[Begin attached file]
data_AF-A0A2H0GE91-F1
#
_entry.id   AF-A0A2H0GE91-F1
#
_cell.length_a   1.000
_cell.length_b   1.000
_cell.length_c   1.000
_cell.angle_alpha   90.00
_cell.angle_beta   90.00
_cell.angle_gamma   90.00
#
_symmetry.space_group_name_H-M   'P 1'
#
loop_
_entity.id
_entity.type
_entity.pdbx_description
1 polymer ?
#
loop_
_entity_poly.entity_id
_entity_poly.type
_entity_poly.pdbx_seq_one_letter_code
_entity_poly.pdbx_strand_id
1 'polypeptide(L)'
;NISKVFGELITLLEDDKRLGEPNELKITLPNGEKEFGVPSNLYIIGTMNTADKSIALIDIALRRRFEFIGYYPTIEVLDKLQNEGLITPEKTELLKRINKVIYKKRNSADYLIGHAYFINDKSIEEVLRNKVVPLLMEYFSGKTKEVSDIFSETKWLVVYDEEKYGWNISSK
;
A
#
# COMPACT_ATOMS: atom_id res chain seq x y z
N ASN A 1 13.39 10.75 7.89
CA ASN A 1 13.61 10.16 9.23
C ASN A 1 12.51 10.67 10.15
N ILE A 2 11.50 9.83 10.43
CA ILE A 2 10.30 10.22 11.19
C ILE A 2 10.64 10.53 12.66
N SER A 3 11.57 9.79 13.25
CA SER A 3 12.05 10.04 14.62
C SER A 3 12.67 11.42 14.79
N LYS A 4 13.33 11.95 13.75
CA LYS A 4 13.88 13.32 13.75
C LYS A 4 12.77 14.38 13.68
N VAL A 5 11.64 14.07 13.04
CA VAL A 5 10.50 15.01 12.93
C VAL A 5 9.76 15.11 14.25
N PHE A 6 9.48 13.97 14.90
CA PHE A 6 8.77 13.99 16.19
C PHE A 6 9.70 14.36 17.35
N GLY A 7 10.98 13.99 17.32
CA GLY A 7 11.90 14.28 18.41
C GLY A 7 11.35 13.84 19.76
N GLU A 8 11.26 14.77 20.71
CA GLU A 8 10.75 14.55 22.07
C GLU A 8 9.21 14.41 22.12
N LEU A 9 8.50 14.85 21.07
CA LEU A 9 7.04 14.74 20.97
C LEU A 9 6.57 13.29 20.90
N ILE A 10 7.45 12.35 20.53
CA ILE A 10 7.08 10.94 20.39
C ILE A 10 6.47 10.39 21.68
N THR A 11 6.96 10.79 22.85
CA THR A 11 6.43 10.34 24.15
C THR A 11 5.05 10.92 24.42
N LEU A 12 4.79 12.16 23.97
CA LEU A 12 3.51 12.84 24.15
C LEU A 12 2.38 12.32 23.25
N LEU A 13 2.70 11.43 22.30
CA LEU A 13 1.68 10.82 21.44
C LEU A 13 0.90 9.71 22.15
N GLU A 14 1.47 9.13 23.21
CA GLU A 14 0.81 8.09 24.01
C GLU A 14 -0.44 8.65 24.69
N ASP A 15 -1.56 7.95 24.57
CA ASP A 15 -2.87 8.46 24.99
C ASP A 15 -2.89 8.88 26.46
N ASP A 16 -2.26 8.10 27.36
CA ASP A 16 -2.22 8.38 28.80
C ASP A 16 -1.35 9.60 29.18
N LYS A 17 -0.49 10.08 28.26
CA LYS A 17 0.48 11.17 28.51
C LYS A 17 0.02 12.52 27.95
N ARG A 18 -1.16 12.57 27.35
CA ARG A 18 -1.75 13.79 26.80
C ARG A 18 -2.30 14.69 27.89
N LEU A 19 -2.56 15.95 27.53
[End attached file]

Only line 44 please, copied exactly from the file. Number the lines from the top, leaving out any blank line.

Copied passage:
CA VAL A 5 10.50 15.01 12.93